My latest HuffPo piece
My latest piece on Huffington Post is available to read and share, titled "Minimum Wages vs. Universal Basic Income"
Because basic income provides an income floor, there's no longer any reason to keep any of these bureaucracy-filled ways of easing but never ending poverty. Instead, poverty would . . .
The question of an unequal UBI
A common first question in response to the idea of unconditionally guaranteeing a monthly cash stipend to everyone sufficient to meet their basic needs is in regards to a potential need for differing amounts of basic income. Let's examine this question from two perspectives: that of the individual and that of the location.
First . . .
One of these is a tool of the future, the other is a tool of the past
Below is the full audio (with text) of my commentary originally recorded for WNYC's The Takeaway for a discussion about reconsidering the minimum wage, of which only a small portion was aired. It is available here now in its entirety.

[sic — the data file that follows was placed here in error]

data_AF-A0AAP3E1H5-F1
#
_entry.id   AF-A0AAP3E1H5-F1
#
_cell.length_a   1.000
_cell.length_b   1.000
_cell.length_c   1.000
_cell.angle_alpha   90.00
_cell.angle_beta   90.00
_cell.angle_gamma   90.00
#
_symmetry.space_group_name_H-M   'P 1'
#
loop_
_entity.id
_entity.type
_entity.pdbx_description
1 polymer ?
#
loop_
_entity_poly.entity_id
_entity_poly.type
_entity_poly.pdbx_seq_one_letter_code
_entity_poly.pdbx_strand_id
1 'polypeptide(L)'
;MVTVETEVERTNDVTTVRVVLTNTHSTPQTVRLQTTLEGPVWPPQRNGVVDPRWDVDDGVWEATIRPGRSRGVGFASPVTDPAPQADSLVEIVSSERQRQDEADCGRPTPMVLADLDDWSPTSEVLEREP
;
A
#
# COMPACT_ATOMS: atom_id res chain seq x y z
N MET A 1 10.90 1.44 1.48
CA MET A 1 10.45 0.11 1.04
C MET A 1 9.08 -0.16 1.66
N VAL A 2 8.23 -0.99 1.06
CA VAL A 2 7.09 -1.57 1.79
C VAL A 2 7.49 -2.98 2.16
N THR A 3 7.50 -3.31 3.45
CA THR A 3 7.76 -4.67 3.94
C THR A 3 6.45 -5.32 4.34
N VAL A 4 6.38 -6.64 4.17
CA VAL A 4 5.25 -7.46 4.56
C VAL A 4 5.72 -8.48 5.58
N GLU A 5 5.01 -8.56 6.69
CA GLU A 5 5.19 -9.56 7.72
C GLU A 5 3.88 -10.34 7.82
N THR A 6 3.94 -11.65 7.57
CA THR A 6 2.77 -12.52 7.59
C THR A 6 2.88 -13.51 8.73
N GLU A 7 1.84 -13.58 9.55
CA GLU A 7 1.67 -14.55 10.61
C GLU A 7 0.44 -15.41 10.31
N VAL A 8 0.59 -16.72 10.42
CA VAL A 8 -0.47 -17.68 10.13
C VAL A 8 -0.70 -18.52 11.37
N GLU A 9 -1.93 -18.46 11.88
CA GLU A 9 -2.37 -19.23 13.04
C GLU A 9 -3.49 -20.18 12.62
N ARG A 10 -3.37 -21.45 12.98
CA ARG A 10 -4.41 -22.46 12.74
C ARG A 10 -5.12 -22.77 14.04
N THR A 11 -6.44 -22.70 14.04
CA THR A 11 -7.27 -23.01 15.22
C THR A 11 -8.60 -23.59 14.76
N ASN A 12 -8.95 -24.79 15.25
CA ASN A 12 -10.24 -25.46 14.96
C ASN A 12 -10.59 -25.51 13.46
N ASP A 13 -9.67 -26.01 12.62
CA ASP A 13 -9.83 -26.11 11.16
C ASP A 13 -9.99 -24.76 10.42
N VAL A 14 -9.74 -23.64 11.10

I think that wherever possible, we should look to . . .
My latest longread article on Medium
My latest article on Medium is about a 15-minute read, titled Trickle-Down Economics Must Die, Long Live Grow-Up Economics, and subtitled "The myth of inequality-driven economic growth and how to achieve real prosperity for all."
For over thirty years we’ve treated something as fact which is actually . . .
A collection of my guest appearances on podcasts, radio, TV, etc.
An ongoing collection of my multimedia appearances in order of newest to oldest:
The Tim Black Show (September 5, 2019)
Hill of Roses Candidate Supporter Debate (September 1, 2019)
Nerds for Yang (August 22, 2019)
Pitchfork Economics with Nick Hanauer (August 20, 2019). . .
My latest Huffington Post Article advocating basic income
This latest article for Huffington Post is actually an expansion of my recent blog post here. It's a bit longer and refined.
We are indeed creating new jobs, but these jobs are not 1:1 replacements. When someone who graduated from a free high school loses . . .
The question of slowing productivity amidst rising automation
The Fall of Human Labor
The latest numbers are in, and there are now more people not working in the US as a percentage of the total population, than ever in the last 38 years. It's being called the "new normal."
The percentage of Americans in the workforce — defined as those who either have a job or are . . .